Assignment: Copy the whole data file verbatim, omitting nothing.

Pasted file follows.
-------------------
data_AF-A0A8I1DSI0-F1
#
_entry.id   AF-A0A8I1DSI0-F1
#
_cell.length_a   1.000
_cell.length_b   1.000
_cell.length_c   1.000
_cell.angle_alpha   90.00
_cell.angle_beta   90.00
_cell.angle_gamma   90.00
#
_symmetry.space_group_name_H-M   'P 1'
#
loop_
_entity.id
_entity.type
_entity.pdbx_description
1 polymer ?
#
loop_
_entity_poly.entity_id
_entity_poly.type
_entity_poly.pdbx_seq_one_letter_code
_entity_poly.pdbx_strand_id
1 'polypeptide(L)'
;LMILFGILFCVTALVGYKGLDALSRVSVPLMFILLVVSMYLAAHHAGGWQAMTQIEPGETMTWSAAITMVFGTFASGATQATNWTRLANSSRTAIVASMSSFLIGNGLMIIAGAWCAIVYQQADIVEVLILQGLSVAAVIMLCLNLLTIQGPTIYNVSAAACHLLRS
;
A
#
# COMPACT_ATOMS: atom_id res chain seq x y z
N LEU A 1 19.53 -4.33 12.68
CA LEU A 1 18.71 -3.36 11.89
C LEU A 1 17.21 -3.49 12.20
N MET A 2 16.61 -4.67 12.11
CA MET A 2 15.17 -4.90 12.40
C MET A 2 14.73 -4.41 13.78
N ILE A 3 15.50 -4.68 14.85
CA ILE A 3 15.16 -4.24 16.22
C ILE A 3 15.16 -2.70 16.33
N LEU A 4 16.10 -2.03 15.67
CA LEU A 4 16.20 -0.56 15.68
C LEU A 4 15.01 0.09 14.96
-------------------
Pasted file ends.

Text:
data_AF-A0A8I1DSI0-F1
#
_entry.id   AF-A0A8I1DSI0-F1
#
_cell.length_a   1.000
_cell.length_b   1.000
_cell.length_c   1.000
_cell.angle_alpha   90.00
_cell.angle_beta   90.00
_cell.angle_gamma   90.00
#
_symmetry.space_group_name_H-M   'P 1'
#
loop_
_entity.id
_entity.type
_entity.pdbx_description
1 polymer ?
#
loop_
_entity_poly.entity_id
_entity_poly.type
_entity_poly.pdbx_seq_one_letter_code
_entity_poly.pdbx_strand_id
1 'polypeptide(L)'
;LMILFGILFCVTALVGYKGLDALSRVSVPLMFILLVVSMYLAAHHAGGWQAMTQIEPGETMTWSAAITMVFGTFASGATQATNWTRLANSSRTAIVASMSSFLIGNGLMIIAGAWCAIVYQQADIVEVLILQGLSVAAVIMLCLNLLTIQGPTIYNVSAAACHLLRS
;
A
#
# COMPACT_ATOMS: atom_id res chain seq x y z
N LEU A 1 19.53 -4.33 12.68
CA LEU A 1 18.71 -3.36 11.89
C LEU A 1 17.21 -3.49 12.20
N MET A 2 16.61 -4.67 12.11
CA MET A 2 15.17 -4.90 12.40
C MET A 2 14.73 -4.41 13.78
N ILE A 3 15.50 -4.68 14.85
CA ILE A 3 15.16 -4.24 16.22
C ILE A 3 15.16 -2.70 16.33
N LEU A 4 16.10 -2.03 15.67
CA LEU A 4 16.20 -0.56 15.68
C LEU A 4 15.01 0.09 14.96